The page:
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Neuron cytoskeleton

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https://www.readbyqxmd.com/read/28516224/psychiatric-behaviors-associated-with-cytoskeletal-defects-in-radial-neuronal-migration
#1
REVIEW
Toshifumi Fukuda, Shigeru Yanagi
Normal development of the cerebral cortex is an important process for higher brain functions, such as language, and cognitive and social functions. Psychiatric disorders, such as schizophrenia and autism, are thought to develop owing to various dysfunctions occurring during the development of the cerebral cortex. Radial neuronal migration in the embryonic cerebral cortex is a complex process, which is achieved by strict control of cytoskeletal dynamics, and impairments in this process are suggested to cause various psychiatric disorders...
May 17, 2017: Cellular and Molecular Life Sciences: CMLS
https://www.readbyqxmd.com/read/28506438/prion-like-spreading-in-tauopathies
#2
REVIEW
Jacob I Ayers, Benoit I Giasson, David R Borchelt
Tau is a microtubule-associated protein that functions in regulating cytoskeleton dynamics, especially in neurons. Misfolded and aggregated forms of tau produce pathological structures in a number of neurodegenerative diseases, including Alzheimer's disease (AD) and tauopathy dementias. These disorders can present with a sporadic etiology, such as in AD, or a familial etiology, such as in some cases of frontotemporal dementia with parkinsonism. Notably, the pathological features of tau pathology in these diseases can be very distinct...
April 13, 2017: Biological Psychiatry
https://www.readbyqxmd.com/read/28505103/neuronal-migration-and-auts2-syndrome
#3
REVIEW
Kei Hori, Mikio Hoshino
Neuronal migration is one of the pivotal steps to form a functional brain, and disorganization of this process is believed to underlie the pathology of psychiatric disorders including schizophrenia, autism spectrum disorders (ASD) and epilepsy. However, it is not clear how abnormal neuronal migration causes mental dysfunction. Recently, a key gene for various psychiatric diseases, the Autism susceptibility candidate 2 (AUTS2), has been shown to regulate neuronal migration, which gives new insight into understanding this question...
May 14, 2017: Brain Sciences
https://www.readbyqxmd.com/read/28503382/poly-adp-ribosylation-is-present-in-murine-sciatic-nerve-fibers-and-is-altered-in-a-charcot-marie-tooth-1e-neurodegenerative-model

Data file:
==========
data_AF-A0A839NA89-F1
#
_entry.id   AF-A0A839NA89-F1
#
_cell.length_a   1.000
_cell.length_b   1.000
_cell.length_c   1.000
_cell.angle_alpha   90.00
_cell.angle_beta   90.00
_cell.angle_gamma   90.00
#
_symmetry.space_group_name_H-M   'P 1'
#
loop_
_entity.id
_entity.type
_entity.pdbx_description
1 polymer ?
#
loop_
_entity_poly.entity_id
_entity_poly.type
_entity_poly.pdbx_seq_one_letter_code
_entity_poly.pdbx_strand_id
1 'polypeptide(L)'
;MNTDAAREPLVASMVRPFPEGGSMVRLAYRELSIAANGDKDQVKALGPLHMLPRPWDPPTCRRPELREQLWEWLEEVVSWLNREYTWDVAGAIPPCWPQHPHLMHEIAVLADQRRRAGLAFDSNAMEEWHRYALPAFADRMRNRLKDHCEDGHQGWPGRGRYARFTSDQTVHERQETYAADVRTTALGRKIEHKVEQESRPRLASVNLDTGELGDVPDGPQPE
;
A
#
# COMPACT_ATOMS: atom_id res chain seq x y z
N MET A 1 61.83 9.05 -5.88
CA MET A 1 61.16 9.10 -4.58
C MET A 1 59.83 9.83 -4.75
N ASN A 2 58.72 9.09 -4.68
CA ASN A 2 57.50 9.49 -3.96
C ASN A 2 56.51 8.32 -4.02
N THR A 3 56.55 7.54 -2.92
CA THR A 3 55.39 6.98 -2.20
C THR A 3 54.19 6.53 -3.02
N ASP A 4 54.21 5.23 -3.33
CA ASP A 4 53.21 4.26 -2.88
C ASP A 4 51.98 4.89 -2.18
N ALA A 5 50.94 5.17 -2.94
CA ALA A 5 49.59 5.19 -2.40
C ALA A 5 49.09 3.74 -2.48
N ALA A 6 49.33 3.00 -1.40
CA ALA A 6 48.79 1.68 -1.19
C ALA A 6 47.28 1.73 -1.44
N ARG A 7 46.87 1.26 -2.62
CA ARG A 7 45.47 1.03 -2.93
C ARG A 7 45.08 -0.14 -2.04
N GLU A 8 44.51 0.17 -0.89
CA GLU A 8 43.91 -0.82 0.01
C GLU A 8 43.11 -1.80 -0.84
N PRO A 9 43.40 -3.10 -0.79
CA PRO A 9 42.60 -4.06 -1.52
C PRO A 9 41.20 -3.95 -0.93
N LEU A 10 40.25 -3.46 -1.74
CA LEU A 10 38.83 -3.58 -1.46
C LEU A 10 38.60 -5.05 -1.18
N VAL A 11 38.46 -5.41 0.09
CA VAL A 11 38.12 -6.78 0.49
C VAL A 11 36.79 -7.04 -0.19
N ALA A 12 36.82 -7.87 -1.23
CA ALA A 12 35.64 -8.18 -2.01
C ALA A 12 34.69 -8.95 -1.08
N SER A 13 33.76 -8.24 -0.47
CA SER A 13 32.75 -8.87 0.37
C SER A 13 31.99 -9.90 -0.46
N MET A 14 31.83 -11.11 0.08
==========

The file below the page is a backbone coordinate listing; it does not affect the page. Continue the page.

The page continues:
#4
Laura I Lafon Hughes, Carlos J Romeo Cardeillac, Karina B Cal Castillo, Salomé C Vilchez Larrea, José R Sotelo Sosa, Gustavo A Folle Ungo, Silvia H Fernández Villamil, Alejandra E Kun González
BACKGROUND: Poly-ADP-ribose (PAR) is a polymer synthesized by poly-ADP-ribose polymerases (PARPs) as a postranslational protein modification and catabolized mainly by poly-ADP-ribose glycohydrolase (PARG). In spite of the existence of cytoplasmic PARPs and PARG, research has been focused on nuclear PARPs and PAR, demonstrating roles in the maintenance of chromatin architecture and the participation in DNA damage responses and transcriptional regulation. We have recently detected non-nuclear PAR structurally and functionally associated to the E-cadherin rich zonula adherens and the actin cytoskeleton of VERO epithelial cells...
2017: PeerJ
https://www.readbyqxmd.com/read/28502042/tale-of-the-good-and-the-bad-cdk5-remodeling-of-the-actin-cytoskeleton-in-the-brain
#5
REVIEW
Kavita Shah, Sandra Rossie
Cdk5 kinase, a cyclin-dependent kinase family member, is a key regulator of cytoskeletal remodeling in the brain. Cdk5 is essential for brain development during embryogenesis. After birth, it is essential for numerous neuronal processes such as learning and memory formation, drug addiction, pain signaling, and long-term behavior changes, all of which rely on rapid alterations in the cytoskeleton. Cdk5 activity is deregulated in various brain disorders including Alzheimer's disease, Parkinson's disease, amyotrophic lateral sclerosis, and ischemic stroke, resulting in profound remodeling of the neuronal cytoskeleton, loss of synapses, and ultimately neurodegeneration...
May 13, 2017: Molecular Neurobiology
https://www.readbyqxmd.com/read/28500272/probing-the-lithium-response-pathway-in-hipscs-implicates-the-phosphoregulatory-set-point-for-a-cytoskeletal-modulator-in-bipolar-pathogenesis
#6
Brian T D Tobe, Andrew M Crain, Alicia M Winquist, Barbara Calabrese, Hiroko Makihara, Wen-Ning Zhao, Jasmin Lalonde, Haruko Nakamura, Glenn Konopaske, Michelle Sidor, Cameron D Pernia, Naoya Yamashita, Moyuka Wada, Yuuka Inoue, Fumio Nakamura, Steven D Sheridan, Ryan W Logan, Michael Brandel, Dongmei Wu, Joshua Hunsberger, Laurel Dorsett, Cordulla Duerr, Ranor C B Basa, Michael J McCarthy, Namrata D Udeshi, Philipp Mertins, Steven A Carr, Guy A Rouleau, Lina Mastrangelo, Jianxue Li, Gustavo J Gutierrez, Laurence M Brill, Nikolaos Venizelos, Guang Chen, Jeffrey S Nye, Husseini Manji, Jeffrey H Price, Colleen A McClung, Hagop S Akiskal, Martin Alda, De-Maw M Chuang, Joseph T Coyle, Yang Liu, Yang D Teng, Toshio Ohshima, Katsuhiko Mikoshiba, Richard L Sidman, Shelley Halpain, Stephen J Haggarty, Yoshio Goshima, Evan Y Snyder
The molecular pathogenesis of bipolar disorder (BPD) is poorly understood. Using human-induced pluripotent stem cells (hiPSCs) to unravel such mechanisms in polygenic diseases is generally challenging. However, hiPSCs from BPD patients responsive to lithium offered unique opportunities to discern lithium's target and hence gain molecular insight into BPD. By profiling the proteomics of BDP-hiPSC-derived neurons, we found that lithium alters the phosphorylation state of collapsin response mediator protein-2 (CRMP2)...
May 12, 2017: Proceedings of the National Academy of Sciences of the United States of America
https://www.readbyqxmd.com/read/28494208/enhanced-proliferation-and-neuronal-differentiation-of-neural-stem-cell-with-vertically-surface-microenvironment
#7
Qiuting Yan, Lipao Fang, Jiyu Wei, Guipeng Xiao, Meihong Lv, Quanhong Ma, Chunfeng Liu, Wang Wang